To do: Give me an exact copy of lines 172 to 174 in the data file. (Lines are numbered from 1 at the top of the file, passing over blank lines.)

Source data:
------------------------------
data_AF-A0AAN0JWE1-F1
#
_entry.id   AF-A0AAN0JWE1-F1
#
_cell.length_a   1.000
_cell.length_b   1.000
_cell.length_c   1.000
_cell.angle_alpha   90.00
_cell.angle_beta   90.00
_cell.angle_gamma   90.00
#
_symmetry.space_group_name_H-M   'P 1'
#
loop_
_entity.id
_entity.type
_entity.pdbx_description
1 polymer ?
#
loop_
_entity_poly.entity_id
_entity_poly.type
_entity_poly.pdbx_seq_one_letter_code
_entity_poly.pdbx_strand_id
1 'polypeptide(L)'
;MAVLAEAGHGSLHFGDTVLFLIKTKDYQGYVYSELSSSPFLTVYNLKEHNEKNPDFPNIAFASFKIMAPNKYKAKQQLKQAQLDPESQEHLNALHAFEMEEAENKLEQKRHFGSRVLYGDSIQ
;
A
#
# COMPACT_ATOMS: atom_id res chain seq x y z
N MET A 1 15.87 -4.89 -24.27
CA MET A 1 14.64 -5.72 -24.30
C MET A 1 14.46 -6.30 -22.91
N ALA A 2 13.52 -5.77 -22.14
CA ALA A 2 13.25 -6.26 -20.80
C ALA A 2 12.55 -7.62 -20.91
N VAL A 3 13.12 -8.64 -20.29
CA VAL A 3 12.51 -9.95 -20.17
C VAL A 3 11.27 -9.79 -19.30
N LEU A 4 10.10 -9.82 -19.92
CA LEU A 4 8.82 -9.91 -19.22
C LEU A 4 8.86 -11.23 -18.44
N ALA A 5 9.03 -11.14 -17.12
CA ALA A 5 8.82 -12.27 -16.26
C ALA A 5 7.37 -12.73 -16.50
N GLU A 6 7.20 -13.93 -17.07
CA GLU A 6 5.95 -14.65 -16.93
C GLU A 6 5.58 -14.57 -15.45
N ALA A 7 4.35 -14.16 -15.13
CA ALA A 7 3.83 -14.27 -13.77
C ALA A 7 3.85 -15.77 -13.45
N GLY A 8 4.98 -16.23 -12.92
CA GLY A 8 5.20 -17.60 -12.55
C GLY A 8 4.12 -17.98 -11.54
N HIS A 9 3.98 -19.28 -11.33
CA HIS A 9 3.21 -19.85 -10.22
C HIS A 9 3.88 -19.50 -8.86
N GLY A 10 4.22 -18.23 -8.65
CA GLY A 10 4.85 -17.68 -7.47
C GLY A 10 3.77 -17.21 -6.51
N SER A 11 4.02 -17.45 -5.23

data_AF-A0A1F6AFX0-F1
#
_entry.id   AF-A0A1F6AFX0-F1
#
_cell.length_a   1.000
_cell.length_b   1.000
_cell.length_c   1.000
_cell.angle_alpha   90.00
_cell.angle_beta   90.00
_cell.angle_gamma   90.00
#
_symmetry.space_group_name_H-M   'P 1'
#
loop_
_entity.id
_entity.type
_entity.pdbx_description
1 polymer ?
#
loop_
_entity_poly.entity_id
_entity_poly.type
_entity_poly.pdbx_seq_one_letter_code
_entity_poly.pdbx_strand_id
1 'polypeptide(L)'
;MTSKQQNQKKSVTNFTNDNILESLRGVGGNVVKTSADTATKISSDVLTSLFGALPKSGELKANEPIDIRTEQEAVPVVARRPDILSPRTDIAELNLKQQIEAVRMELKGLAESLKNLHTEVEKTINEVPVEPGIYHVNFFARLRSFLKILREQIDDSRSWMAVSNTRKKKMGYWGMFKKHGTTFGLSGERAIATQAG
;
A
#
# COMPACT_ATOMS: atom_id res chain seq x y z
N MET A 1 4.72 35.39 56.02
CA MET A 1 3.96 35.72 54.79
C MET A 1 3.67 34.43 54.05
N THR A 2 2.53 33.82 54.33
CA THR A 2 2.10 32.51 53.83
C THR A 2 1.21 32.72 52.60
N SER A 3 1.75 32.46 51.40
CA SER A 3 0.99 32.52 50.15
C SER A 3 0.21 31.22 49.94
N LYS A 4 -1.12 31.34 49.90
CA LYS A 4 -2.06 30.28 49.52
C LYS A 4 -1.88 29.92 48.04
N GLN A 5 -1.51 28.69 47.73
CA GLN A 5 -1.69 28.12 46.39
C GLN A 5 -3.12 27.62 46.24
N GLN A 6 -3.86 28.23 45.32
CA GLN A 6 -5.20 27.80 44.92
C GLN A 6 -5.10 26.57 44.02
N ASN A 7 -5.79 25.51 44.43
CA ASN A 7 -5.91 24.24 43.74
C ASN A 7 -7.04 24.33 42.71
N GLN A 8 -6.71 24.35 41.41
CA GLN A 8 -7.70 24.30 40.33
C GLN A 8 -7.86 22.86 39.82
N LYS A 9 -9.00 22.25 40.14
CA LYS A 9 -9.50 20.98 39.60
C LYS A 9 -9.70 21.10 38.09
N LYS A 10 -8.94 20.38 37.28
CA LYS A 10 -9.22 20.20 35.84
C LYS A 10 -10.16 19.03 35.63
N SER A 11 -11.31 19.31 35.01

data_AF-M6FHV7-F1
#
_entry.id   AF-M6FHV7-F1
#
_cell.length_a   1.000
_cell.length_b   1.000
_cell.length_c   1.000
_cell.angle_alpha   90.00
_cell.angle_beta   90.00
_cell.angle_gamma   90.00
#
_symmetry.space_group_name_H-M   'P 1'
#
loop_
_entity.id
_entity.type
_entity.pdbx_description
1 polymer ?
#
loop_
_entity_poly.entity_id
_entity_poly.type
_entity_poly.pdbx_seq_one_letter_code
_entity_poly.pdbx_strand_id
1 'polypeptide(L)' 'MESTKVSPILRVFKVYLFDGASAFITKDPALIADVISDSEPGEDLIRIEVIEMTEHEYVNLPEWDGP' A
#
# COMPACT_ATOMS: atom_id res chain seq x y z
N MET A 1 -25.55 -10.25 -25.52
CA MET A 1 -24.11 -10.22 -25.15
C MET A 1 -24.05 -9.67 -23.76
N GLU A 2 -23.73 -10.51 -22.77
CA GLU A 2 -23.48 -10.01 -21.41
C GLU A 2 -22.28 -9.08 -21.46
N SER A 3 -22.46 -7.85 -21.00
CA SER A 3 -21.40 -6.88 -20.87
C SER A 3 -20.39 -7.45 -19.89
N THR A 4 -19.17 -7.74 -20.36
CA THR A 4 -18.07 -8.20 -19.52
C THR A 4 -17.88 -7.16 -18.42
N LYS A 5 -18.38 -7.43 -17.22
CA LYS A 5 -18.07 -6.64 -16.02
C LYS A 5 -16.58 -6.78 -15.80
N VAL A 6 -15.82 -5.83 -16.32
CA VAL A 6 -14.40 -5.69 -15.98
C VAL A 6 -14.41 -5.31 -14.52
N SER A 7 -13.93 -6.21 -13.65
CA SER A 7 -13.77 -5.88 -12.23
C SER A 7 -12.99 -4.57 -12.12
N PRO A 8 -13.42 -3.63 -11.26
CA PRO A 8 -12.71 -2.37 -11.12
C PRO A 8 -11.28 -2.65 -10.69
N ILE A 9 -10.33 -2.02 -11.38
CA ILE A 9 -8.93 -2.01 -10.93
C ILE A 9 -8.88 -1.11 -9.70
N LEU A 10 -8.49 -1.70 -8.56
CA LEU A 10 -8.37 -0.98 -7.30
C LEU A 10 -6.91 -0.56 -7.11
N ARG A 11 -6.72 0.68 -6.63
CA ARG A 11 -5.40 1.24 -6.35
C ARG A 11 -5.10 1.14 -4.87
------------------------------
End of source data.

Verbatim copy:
CA PRO A 8 -12.71 -2.37 -11.12
C PRO A 8 -11.28 -2.65 -10.69
N ILE A 9 -10.33 -2.02 -11.38